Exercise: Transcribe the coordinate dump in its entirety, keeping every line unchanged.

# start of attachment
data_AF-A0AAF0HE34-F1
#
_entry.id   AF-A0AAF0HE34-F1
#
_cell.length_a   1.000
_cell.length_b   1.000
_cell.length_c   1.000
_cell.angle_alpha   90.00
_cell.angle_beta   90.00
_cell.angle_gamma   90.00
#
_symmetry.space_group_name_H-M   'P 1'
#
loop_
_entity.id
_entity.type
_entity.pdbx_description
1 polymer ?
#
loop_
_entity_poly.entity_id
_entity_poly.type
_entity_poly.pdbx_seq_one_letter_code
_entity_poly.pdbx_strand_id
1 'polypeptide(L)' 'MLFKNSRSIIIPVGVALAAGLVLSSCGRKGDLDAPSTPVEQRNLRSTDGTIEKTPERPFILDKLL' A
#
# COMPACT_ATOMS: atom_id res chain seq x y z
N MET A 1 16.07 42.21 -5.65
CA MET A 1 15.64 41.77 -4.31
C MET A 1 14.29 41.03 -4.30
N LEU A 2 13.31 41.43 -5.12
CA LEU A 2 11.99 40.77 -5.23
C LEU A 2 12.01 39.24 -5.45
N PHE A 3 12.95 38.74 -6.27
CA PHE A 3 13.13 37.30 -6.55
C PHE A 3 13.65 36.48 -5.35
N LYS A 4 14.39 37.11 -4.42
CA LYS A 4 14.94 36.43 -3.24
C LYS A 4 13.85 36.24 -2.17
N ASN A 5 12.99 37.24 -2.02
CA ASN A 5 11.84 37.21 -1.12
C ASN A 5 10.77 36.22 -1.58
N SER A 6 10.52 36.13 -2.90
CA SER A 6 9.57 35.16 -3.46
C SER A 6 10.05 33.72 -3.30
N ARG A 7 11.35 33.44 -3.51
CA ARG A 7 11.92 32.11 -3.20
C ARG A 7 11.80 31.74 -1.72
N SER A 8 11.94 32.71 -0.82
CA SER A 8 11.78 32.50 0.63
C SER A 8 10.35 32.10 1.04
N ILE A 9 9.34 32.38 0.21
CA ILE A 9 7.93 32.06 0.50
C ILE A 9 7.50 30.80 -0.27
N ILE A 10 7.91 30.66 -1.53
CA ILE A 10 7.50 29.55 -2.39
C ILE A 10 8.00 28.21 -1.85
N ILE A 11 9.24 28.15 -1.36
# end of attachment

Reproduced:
data_AF-A0AAF0HE34-F1
#
_entry.id   AF-A0AAF0HE34-F1
#
_cell.length_a   1.000
_cell.length_b   1.000
_cell.length_c   1.000
_cell.angle_alpha   90.00
_cell.angle_beta   90.00
_cell.angle_gamma   90.00
#
_symmetry.space_group_name_H-M   'P 1'
#
loop_
_entity.id
_entity.type
_entity.pdbx_description
1 polymer ?
#
loop_
_entity_poly.entity_id
_entity_poly.type
_entity_poly.pdbx_seq_one_letter_code
_entity_poly.pdbx_strand_id
1 'polypeptide(L)' 'MLFKNSRSIIIPVGVALAAGLVLSSCGRKGDLDAPSTPVEQRNLRSTDGTIEKTPERPFILDKLL' A
#
# COMPACT_ATOMS: atom_id res chain seq x y z
N MET A 1 16.07 42.21 -5.65
CA MET A 1 15.64 41.77 -4.31
C MET A 1 14.29 41.03 -4.30
N LEU A 2 13.31 41.43 -5.12
CA LEU A 2 11.99 40.77 -5.23
C LEU A 2 12.01 39.24 -5.45
N PHE A 3 12.95 38.74 -6.27
CA PHE A 3 13.13 37.30 -6.55
C PHE A 3 13.65 36.48 -5.35
N LYS A 4 14.39 37.11 -4.42
CA LYS A 4 14.94 36.43 -3.24
C LYS A 4 13.85 36.24 -2.17
N ASN A 5 12.99 37.24 -2.02
CA ASN A 5 11.84 37.21 -1.12
C ASN A 5 10.77 36.22 -1.58
N SER A 6 10.52 36.13 -2.90
CA SER A 6 9.57 35.16 -3.46
C SER A 6 10.05 33.72 -3.30
N ARG A 7 11.35 33.44 -3.51
CA ARG A 7 11.92 32.11 -3.20
C ARG A 7 11.80 31.74 -1.72
N SER A 8 11.94 32.71 -0.82
CA SER A 8 11.78 32.50 0.63
C SER A 8 10.35 32.10 1.04
N ILE A 9 9.34 32.38 0.21
CA ILE A 9 7.93 32.06 0.50
C ILE A 9 7.50 30.80 -0.27
N ILE A 10 7.91 30.66 -1.53
CA ILE A 10 7.50 29.55 -2.39
C ILE A 10 8.00 28.21 -1.85
N ILE A 11 9.24 28.15 -1.36